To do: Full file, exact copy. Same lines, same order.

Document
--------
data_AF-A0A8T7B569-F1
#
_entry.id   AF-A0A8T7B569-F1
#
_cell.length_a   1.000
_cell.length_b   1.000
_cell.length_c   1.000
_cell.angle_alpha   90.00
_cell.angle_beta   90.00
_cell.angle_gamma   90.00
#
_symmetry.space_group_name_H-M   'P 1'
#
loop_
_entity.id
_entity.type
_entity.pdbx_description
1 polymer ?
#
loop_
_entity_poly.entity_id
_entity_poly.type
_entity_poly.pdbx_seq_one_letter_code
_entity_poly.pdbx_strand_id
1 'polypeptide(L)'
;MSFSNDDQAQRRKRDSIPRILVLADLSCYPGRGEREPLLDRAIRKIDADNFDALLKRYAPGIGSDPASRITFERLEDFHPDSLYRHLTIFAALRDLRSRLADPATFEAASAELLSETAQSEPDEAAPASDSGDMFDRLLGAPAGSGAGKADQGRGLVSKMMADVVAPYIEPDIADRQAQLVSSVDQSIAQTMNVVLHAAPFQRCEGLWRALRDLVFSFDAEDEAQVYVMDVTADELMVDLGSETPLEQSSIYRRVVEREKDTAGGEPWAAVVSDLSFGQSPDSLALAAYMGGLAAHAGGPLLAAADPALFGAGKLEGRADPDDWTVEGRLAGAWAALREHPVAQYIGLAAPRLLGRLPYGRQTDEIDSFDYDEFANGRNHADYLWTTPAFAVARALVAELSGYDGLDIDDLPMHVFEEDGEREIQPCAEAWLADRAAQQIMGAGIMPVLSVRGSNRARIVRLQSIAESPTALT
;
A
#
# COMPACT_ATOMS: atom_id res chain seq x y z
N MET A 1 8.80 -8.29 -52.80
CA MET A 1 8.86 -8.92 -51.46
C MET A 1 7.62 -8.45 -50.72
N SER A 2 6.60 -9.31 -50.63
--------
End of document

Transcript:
data_AF-A0A8T7B569-F1
#
_entry.id   AF-A0A8T7B569-F1
#
_cell.length_a   1.000
_cell.length_b   1.000
_cell.length_c   1.000
_cell.angle_alpha   90.00
_cell.angle_beta   90.00
_cell.angle_gamma   90.00
#
_symmetry.space_group_name_H-M   'P 1'
#
loop_
_entity.id
_entity.type
_entity.pdbx_description
1 polymer ?
#
loop_
_entity_poly.entity_id
_entity_poly.type
_entity_poly.pdbx_seq_one_letter_code
_entity_poly.pdbx_strand_id
1 'polypeptide(L)'
;MSFSNDDQAQRRKRDSIPRILVLADLSCYPGRGEREPLLDRAIRKIDADNFDALLKRYAPGIGSDPASRITFERLEDFHPDSLYRHLTIFAALRDLRSRLADPATFEAASAELLSETAQSEPDEAAPASDSGDMFDRLLGAPAGSGAGKADQGRGLVSKMMADVVAPYIEPDIADRQAQLVSSVDQSIAQTMNVVLHAAPFQRCEGLWRALRDLVFSFDAEDEAQVYVMDVTADELMVDLGSETPLEQSSIYRRVVEREKDTAGGEPWAAVVSDLSFGQSPDSLALAAYMGGLAAHAGGPLLAAADPALFGAGKLEGRADPDDWTVEGRLAGAWAALREHPVAQYIGLAAPRLLGRLPYGRQTDEIDSFDYDEFANGRNHADYLWTTPAFAVARALVAELSGYDGLDIDDLPMHVFEEDGEREIQPCAEAWLADRAAQQIMGAGIMPVLSVRGSNRARIVRLQSIAESPTALT
;
A
#
# COMPACT_ATOMS: atom_id res chain seq x y z
N MET A 1 8.80 -8.29 -52.80
CA MET A 1 8.86 -8.92 -51.46
C MET A 1 7.62 -8.45 -50.72
N SER A 2 6.60 -9.31 -50.63